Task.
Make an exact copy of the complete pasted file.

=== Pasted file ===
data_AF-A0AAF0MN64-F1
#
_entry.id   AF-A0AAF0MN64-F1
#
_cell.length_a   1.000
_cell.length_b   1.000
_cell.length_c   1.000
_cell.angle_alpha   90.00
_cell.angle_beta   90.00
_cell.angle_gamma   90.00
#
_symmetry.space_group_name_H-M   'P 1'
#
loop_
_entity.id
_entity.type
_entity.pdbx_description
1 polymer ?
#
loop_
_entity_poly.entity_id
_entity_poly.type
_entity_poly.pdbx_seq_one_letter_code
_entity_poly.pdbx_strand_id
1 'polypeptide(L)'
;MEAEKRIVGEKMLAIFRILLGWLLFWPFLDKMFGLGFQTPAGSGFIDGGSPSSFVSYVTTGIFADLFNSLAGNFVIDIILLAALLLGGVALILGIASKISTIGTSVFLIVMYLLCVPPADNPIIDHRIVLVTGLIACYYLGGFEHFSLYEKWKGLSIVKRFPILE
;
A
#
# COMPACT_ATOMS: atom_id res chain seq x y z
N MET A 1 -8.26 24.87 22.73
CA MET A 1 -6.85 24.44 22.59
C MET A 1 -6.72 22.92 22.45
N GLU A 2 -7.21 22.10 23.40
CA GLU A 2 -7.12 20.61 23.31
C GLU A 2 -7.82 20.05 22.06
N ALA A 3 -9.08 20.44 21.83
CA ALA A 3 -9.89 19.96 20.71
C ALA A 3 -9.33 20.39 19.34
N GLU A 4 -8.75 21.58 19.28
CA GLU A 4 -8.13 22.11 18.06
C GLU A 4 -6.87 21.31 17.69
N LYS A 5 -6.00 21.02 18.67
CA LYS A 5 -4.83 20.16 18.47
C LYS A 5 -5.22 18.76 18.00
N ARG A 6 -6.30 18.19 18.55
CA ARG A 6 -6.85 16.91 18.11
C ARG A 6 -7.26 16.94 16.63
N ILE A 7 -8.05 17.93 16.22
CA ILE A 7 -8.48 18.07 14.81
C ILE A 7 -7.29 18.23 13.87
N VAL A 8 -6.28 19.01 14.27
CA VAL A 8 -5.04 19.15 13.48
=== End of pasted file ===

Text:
data_AF-A0AAF0MN64-F1
#
_entry.id   AF-A0AAF0MN64-F1
#
_cell.length_a   1.000
_cell.length_b   1.000
_cell.length_c   1.000
_cell.angle_alpha   90.00
_cell.angle_beta   90.00
_cell.angle_gamma   90.00
#
_symmetry.space_group_name_H-M   'P 1'
#
loop_
_entity.id
_entity.type
_entity.pdbx_description
1 polymer ?
#
loop_
_entity_poly.entity_id
_entity_poly.type
_entity_poly.pdbx_seq_one_letter_code
_entity_poly.pdbx_strand_id
1 'polypeptide(L)'
;MEAEKRIVGEKMLAIFRILLGWLLFWPFLDKMFGLGFQTPAGSGFIDGGSPSSFVSYVTTGIFADLFNSLAGNFVIDIILLAALLLGGVALILGIASKISTIGTSVFLIVMYLLCVPPADNPIIDHRIVLVTGLIACYYLGGFEHFSLYEKWKGLSIVKRFPILE
;
A
#
# COMPACT_ATOMS: atom_id res chain seq x y z
N MET A 1 -8.26 24.87 22.73
CA MET A 1 -6.85 24.44 22.59
C MET A 1 -6.72 22.92 22.45
N GLU A 2 -7.21 22.10 23.40
CA GLU A 2 -7.12 20.61 23.31
C GLU A 2 -7.82 20.05 22.06
N ALA A 3 -9.08 20.44 21.83
CA ALA A 3 -9.89 19.96 20.71
C ALA A 3 -9.33 20.39 19.34
N GLU A 4 -8.75 21.58 19.28
CA GLU A 4 -8.13 22.11 18.06
C GLU A 4 -6.87 21.31 17.69
N LYS A 5 -6.00 21.02 18.67
CA LYS A 5 -4.83 20.16 18.47
C LYS A 5 -5.22 18.76 18.00
N ARG A 6 -6.30 18.19 18.55
CA ARG A 6 -6.85 16.91 18.11
C ARG A 6 -7.26 16.94 16.63
N ILE A 7 -8.05 17.93 16.22
CA ILE A 7 -8.48 18.07 14.81
C ILE A 7 -7.29 18.23 13.87
N VAL A 8 -6.28 19.01 14.27
CA VAL A 8 -5.04 19.15 13.48